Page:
The Sino-Indian bilateral trade relationship took an impressive turn during the last decade as China gradually ascended to become the largest trading partner of India since 2008. This novel relationship between the two Asian giants can be linked to a new trend where both countries have expedited their economic engagement with developing countries by withdrawing systematically from the industrialised countries in trade. The Sino-India bilateral trade witnessed rapid growth at the cost  of rising trade imbalances against India. As an emerging economy, India can neither afford to limit its economic engagement with China nor continue with such a huge bilateral trade asymmetry for a long period. The study analyses empirically some of the options available to cope with the current situation.
The study finds several important results, which has significant policy implications. India’s bilateral export is less diversified than its imports from China and this is partly due to India’s inability to materialise its existing export potential in diversified sectors, mostly in manufacturing exports. Several export products of India, having global competitiveness, have been unsuccessful to achieve market access in China despite having strong ‘trade creating’ effects. India bilateral trade deficit can be pruned significantly by suspending wistful uncompetitive imports from China. India can meet large Chinese global import demand in several sectors. In that case, India needs to make tailor-made export-oriented production to access Chinese market in five resource-based and technology-intensive sectors. In the trade policy liberalisation, India has made significant headway in liberalising its manufacturing sectors where India is becoming more liberal than China in the manufacturing sector, which is considered stronghold of China. Econometric models suggest that yuan depreciation has significant effects on India’s exports in terms of making market access in third countries. Rapprochement with China would benefit India from the RCEP process to the extent of $ 75.4 billion per annum though the RCEP is likely to gain to the extent of $ 502.8 billion per annum.
The study was funded by the Reserve Bank of India. The final study was accepted by RBI and was posted on their website.

Study on India-COMESA Joint Study Group 
Research Team: Dr. S. K. Mohanty, Dr. Priyadarshi Dash and  Ms. Surajita Rout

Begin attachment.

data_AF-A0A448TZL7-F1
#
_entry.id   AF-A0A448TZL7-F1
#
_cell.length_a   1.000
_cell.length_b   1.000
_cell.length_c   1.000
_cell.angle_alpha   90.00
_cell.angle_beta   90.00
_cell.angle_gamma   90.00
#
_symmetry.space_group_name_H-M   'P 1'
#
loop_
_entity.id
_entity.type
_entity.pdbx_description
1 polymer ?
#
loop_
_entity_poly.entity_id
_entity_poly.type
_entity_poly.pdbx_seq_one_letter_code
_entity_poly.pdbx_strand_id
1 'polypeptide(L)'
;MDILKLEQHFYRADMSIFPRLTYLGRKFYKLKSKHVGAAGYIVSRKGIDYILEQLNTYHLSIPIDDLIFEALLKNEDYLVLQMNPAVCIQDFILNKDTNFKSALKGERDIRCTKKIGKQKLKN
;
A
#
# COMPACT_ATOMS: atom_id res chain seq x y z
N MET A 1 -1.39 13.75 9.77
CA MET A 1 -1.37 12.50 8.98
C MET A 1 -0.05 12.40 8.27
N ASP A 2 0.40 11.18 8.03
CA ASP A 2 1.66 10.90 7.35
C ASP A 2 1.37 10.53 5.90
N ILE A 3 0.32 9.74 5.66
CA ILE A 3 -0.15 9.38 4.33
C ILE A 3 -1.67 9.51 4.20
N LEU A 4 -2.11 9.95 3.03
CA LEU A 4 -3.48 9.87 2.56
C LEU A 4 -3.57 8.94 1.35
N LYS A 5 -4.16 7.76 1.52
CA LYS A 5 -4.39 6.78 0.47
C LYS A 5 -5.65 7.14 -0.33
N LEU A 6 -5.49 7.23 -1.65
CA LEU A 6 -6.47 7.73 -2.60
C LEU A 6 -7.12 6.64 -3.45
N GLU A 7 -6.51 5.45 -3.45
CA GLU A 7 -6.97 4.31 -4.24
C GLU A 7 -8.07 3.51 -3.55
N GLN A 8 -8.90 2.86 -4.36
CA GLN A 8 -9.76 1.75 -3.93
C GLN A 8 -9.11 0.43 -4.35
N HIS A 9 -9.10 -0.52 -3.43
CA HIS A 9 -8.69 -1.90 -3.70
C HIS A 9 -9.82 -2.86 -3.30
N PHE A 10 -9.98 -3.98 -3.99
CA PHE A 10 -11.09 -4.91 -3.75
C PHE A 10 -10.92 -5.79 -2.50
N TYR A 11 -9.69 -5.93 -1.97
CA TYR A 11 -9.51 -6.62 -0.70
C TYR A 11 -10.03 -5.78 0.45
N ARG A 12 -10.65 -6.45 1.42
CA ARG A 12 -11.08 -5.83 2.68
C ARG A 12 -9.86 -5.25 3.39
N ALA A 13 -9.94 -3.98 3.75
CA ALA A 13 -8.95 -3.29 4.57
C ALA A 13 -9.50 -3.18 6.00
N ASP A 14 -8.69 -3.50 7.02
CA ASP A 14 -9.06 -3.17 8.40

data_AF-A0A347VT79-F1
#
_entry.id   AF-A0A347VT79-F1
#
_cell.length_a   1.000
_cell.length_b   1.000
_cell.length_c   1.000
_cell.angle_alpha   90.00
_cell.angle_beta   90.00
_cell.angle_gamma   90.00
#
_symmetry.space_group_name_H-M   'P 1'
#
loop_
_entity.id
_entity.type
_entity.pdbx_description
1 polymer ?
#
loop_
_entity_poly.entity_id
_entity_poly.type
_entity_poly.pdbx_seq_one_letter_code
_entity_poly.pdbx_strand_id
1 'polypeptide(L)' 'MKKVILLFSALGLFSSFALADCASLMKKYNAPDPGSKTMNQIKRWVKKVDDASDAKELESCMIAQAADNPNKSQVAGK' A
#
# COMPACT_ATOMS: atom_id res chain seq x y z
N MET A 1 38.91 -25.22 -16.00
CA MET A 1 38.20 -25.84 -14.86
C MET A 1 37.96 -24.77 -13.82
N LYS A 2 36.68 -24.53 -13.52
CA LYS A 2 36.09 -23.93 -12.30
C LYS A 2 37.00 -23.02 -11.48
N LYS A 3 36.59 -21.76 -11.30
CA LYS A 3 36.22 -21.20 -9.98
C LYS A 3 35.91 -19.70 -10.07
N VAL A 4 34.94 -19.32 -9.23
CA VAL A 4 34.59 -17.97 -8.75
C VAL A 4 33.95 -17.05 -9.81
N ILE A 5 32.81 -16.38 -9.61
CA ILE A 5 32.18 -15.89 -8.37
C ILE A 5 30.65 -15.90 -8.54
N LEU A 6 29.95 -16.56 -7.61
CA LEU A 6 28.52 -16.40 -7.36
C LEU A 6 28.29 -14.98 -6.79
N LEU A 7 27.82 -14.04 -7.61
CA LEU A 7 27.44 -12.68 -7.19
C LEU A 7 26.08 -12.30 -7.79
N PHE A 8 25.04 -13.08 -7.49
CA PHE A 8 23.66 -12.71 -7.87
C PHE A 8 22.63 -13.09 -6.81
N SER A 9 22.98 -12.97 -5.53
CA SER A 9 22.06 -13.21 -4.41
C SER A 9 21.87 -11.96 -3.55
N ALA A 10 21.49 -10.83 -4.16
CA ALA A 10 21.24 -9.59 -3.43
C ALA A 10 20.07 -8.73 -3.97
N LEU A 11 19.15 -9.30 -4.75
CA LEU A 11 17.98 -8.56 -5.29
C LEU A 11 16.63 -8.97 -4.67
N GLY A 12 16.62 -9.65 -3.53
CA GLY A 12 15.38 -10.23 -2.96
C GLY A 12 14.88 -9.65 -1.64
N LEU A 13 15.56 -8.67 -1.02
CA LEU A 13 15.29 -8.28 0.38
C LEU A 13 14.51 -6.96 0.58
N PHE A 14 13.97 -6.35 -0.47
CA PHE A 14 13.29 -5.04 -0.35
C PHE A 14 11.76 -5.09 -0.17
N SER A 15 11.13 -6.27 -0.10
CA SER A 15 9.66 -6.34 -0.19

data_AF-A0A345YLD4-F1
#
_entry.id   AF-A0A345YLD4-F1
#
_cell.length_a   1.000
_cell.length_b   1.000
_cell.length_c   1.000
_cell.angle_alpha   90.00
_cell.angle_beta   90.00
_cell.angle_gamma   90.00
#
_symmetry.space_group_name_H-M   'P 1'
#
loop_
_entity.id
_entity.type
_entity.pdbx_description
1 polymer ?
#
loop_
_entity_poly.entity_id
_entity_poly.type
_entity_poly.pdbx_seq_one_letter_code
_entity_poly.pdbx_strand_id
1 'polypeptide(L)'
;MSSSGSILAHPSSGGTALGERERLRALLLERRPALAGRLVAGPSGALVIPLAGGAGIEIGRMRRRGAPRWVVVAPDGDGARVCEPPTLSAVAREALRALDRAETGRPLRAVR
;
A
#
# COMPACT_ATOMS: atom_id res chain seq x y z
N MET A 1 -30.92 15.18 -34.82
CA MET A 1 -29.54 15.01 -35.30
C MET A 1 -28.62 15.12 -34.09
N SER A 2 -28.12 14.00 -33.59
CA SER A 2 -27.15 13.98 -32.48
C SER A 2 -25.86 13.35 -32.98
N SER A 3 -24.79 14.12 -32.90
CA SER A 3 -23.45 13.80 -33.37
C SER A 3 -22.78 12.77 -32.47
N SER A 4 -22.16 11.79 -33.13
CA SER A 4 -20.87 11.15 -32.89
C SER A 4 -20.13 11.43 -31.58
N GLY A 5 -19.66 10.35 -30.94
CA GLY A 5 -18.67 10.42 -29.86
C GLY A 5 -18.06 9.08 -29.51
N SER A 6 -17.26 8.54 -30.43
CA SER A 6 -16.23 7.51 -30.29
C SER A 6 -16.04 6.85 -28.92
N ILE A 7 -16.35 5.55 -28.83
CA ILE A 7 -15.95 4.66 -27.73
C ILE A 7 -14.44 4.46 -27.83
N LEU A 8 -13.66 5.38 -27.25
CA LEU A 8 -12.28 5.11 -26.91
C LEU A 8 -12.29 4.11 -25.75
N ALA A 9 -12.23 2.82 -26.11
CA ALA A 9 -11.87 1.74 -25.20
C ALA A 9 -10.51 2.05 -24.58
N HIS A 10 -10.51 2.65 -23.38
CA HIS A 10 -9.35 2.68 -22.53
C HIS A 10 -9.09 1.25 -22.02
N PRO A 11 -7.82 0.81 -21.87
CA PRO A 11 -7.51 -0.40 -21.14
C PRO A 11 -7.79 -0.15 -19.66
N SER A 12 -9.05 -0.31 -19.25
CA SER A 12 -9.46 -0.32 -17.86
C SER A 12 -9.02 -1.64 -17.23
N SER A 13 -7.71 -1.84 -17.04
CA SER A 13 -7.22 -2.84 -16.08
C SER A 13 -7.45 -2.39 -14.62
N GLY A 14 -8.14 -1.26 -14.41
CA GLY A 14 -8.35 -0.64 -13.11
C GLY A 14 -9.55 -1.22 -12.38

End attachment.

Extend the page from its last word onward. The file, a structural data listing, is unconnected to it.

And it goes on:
For setting up a Joint Study Group (JSG) to examine the feasibility of a comprehensive economic cooperation arrangement between India and COMESA, RIS is approached by the Ministry of Commerce and Industries to undertake the study. The mandate of the study is to focus on different dimensions of economic engagement between India and COMESA for deepening the bilateral economic cooperation. COMESA is emerging as an important destination of India for trade and investment. Bilateral trade linkages grew faster in recent years as compared to pre-recession period. It is one of the large trading blocs in Africa, extended from East to North of Africa, covering twenty countries from the continent.
The study may identify the strategic and economic interest and mutual cooperation; proposing a policy framework for enhancing trade in goods, services and investment; reviewing the existing institutional framework, infrastructure and mechanisms in bilateral trade and economic relations; identifying opportunities to expedite the expansion of trade in services, and progressively liberalise trade in services on a preferential basis with substantial sectoral coverage; evolving modalities for investment cooperation with a view to creating a favourable climate for encouraging investment flows across borders; explore the possibilities and scope of a CEPA, covering all areas of the bilateral economic relationship including trade in goods; investment; Intellectual Property Rights; Non-Tariff Barriers, in particular Technical Barriers to Trade and Sanitary and Phytosanitary Issues; Mutual Recognition Agreements; trade facilitation and customs procedures; Competition policy, monopolies and State enterprises; dispute settlement; etc. A Computable General Equilibrium (CGE) model is to be presented to examine the welfare effects of the proposed arrangement under different scenarios. It may take a year for completion of the study.
For conducting the study, RIS is designated as the knowledge partner of the Ministry of Commerce and Industries. The first phase of the study is completed and the interim report is submitted to the MOC&I. The interim report has covered discussion on core sectors of both economies. After receiving similar draft report from the COMESA secretariat, the second phase will be commenced. For the remaining chapters, work is in progress.